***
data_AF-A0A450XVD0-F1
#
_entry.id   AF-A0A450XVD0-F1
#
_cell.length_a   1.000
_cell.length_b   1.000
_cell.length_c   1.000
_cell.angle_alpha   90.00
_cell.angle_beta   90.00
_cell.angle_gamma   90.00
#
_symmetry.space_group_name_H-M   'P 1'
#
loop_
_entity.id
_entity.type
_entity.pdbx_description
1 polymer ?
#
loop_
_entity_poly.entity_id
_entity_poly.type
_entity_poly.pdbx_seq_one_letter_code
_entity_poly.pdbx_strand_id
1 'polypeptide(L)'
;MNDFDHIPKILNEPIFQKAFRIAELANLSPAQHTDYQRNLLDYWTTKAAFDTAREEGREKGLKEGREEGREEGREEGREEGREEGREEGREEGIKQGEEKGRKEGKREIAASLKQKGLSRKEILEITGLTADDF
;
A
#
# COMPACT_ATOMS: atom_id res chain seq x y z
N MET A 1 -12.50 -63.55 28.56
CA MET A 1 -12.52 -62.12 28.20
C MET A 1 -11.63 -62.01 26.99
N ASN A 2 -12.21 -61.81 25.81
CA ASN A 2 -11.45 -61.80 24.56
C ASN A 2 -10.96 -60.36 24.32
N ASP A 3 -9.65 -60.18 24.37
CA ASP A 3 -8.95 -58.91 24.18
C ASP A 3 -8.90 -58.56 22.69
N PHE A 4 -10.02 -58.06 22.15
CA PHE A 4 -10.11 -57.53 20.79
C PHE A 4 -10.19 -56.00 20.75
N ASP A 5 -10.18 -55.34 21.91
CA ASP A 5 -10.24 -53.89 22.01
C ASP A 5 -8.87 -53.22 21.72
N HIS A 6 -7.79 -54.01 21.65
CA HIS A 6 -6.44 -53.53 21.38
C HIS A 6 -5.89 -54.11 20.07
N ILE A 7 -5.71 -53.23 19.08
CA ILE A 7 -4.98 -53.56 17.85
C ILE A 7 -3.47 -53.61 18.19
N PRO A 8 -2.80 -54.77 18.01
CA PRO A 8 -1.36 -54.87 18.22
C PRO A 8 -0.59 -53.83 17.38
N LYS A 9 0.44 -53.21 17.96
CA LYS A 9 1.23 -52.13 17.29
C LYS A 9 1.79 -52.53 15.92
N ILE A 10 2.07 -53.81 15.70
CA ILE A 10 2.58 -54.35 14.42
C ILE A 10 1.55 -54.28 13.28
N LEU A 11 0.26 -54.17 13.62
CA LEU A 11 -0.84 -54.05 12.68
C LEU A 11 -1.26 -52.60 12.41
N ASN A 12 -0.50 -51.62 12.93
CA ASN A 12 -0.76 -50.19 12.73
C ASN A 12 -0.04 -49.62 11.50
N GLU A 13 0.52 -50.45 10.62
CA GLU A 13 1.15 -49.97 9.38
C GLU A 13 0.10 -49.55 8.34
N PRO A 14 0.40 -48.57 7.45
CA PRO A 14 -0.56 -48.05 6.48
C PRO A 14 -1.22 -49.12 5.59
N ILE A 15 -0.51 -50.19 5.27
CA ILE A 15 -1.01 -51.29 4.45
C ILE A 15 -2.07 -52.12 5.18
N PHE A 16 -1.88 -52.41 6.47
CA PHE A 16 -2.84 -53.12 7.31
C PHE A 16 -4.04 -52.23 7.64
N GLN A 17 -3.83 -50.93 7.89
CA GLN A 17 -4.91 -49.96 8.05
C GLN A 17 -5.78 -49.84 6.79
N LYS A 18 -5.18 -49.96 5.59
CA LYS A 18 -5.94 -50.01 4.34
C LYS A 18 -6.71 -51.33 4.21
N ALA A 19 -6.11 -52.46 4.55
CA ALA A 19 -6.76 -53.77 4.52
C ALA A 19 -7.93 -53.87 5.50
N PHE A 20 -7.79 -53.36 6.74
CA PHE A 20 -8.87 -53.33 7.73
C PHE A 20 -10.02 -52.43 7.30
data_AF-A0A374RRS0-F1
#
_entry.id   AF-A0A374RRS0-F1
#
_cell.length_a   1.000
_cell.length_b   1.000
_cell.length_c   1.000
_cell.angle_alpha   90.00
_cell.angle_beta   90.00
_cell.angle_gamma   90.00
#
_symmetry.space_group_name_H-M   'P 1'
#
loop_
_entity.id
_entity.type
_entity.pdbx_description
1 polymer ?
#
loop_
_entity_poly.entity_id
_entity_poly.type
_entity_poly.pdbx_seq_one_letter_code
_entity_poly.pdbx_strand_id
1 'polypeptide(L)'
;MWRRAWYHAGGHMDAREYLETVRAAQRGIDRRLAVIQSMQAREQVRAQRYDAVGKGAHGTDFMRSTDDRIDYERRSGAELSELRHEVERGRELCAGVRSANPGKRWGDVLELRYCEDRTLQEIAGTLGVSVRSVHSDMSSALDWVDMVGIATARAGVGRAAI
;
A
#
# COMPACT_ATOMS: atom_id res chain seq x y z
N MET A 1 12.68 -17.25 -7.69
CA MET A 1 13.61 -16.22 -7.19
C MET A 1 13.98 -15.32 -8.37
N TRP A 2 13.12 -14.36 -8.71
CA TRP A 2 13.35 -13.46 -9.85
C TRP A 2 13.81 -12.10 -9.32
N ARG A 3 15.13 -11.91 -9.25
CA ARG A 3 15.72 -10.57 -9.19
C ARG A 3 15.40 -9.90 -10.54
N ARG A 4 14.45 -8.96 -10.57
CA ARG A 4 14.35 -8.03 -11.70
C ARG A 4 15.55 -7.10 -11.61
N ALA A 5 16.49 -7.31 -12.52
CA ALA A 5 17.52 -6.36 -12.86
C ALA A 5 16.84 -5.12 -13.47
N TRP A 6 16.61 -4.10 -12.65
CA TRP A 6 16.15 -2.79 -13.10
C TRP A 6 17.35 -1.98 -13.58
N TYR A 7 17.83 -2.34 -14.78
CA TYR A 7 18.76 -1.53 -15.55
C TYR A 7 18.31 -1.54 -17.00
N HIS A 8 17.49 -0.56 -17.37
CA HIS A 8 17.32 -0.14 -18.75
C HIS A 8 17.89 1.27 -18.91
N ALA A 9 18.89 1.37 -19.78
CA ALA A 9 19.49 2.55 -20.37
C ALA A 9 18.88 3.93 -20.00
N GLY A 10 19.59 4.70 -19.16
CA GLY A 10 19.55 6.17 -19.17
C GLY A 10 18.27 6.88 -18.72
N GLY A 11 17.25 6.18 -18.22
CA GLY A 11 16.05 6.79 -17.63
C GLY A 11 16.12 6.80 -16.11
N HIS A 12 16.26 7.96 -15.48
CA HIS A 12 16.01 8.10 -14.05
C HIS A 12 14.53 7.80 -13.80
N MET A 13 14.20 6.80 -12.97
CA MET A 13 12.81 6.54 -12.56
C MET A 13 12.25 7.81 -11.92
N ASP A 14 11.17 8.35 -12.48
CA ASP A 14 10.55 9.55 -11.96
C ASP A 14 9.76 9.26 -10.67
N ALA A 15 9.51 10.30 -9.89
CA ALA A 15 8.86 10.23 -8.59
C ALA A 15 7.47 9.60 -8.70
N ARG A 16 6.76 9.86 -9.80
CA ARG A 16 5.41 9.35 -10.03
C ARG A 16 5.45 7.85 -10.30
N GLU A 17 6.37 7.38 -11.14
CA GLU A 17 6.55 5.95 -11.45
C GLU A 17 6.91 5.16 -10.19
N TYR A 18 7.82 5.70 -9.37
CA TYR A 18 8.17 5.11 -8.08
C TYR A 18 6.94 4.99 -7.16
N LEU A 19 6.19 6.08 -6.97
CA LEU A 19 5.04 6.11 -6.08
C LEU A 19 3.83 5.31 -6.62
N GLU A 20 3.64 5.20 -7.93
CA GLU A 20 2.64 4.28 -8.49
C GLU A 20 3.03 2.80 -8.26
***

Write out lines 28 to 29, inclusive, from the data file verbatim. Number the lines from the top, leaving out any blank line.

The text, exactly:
A
#